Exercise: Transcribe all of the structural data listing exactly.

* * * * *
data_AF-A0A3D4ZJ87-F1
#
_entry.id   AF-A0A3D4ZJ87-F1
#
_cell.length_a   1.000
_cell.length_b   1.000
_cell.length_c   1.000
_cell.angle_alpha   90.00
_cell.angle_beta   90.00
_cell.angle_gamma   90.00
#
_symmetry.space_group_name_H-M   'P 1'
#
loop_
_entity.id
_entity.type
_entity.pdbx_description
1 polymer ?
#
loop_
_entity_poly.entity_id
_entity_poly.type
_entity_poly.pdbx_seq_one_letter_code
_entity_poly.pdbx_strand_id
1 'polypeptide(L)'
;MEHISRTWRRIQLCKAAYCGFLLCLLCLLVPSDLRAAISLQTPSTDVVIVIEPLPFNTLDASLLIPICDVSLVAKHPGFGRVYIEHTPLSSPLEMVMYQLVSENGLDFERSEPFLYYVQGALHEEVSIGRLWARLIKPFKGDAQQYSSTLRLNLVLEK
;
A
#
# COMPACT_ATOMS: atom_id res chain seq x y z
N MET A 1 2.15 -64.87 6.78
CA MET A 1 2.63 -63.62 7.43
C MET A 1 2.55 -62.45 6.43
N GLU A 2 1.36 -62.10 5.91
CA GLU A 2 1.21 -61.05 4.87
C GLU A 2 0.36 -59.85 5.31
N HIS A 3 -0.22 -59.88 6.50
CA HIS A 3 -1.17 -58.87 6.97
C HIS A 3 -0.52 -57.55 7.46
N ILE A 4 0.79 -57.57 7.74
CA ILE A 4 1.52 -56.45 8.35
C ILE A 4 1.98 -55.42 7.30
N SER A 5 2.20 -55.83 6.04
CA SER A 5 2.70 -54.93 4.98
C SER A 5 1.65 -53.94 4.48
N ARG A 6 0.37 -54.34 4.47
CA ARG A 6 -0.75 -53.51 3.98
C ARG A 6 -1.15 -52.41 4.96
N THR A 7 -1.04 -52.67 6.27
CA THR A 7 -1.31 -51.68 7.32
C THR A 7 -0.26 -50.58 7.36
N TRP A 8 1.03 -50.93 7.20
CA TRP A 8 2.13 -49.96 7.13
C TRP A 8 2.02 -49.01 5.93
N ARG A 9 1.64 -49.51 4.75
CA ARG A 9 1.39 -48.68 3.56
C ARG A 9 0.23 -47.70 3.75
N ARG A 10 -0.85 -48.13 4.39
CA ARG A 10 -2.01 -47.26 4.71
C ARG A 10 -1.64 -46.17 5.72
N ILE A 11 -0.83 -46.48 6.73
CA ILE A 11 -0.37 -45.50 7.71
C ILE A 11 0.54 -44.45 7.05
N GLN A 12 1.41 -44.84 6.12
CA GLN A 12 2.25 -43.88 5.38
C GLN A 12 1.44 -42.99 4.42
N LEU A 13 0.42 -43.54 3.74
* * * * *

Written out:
data_AF-A0A3D4ZJ87-F1
#
_entry.id   AF-A0A3D4ZJ87-F1
#
_cell.length_a   1.000
_cell.length_b   1.000
_cell.length_c   1.000
_cell.angle_alpha   90.00
_cell.angle_beta   90.00
_cell.angle_gamma   90.00
#
_symmetry.space_group_name_H-M   'P 1'
#
loop_
_entity.id
_entity.type
_entity.pdbx_description
1 polymer ?
#
loop_
_entity_poly.entity_id
_entity_poly.type
_entity_poly.pdbx_seq_one_letter_code
_entity_poly.pdbx_strand_id
1 'polypeptide(L)'
;MEHISRTWRRIQLCKAAYCGFLLCLLCLLVPSDLRAAISLQTPSTDVVIVIEPLPFNTLDASLLIPICDVSLVAKHPGFGRVYIEHTPLSSPLEMVMYQLVSENGLDFERSEPFLYYVQGALHEEVSIGRLWARLIKPFKGDAQQYSSTLRLNLVLEK
;
A
#
# COMPACT_ATOMS: atom_id res chain seq x y z
N MET A 1 2.15 -64.87 6.78
CA MET A 1 2.63 -63.62 7.43
C MET A 1 2.55 -62.45 6.43
N GLU A 2 1.36 -62.10 5.91
CA GLU A 2 1.21 -61.05 4.87
C GLU A 2 0.36 -59.85 5.31
N HIS A 3 -0.22 -59.88 6.50
CA HIS A 3 -1.17 -58.87 6.97
C HIS A 3 -0.52 -57.55 7.46
N ILE A 4 0.79 -57.57 7.74
CA ILE A 4 1.52 -56.45 8.35
C ILE A 4 1.98 -55.42 7.30
N SER A 5 2.20 -55.83 6.04
CA SER A 5 2.70 -54.93 4.98
C SER A 5 1.65 -53.94 4.48
N ARG A 6 0.37 -54.34 4.47
CA ARG A 6 -0.75 -53.51 3.98
C ARG A 6 -1.15 -52.41 4.96
N THR A 7 -1.04 -52.67 6.27
CA THR A 7 -1.31 -51.68 7.32
C THR A 7 -0.26 -50.58 7.36
N TRP A 8 1.03 -50.93 7.20
CA TRP A 8 2.13 -49.96 7.13
C TRP A 8 2.02 -49.01 5.93
N ARG A 9 1.64 -49.51 4.75
CA ARG A 9 1.39 -48.68 3.56
C ARG A 9 0.23 -47.70 3.75
N ARG A 10 -0.85 -48.13 4.39
CA ARG A 10 -2.01 -47.26 4.71
C ARG A 10 -1.64 -46.17 5.72
N ILE A 11 -0.83 -46.48 6.73
CA ILE A 11 -0.37 -45.50 7.71
C ILE A 11 0.54 -44.45 7.05
N GLN A 12 1.41 -44.84 6.12
CA GLN A 12 2.25 -43.88 5.38
C GLN A 12 1.44 -42.99 4.42
N LEU A 13 0.42 -43.54 3.74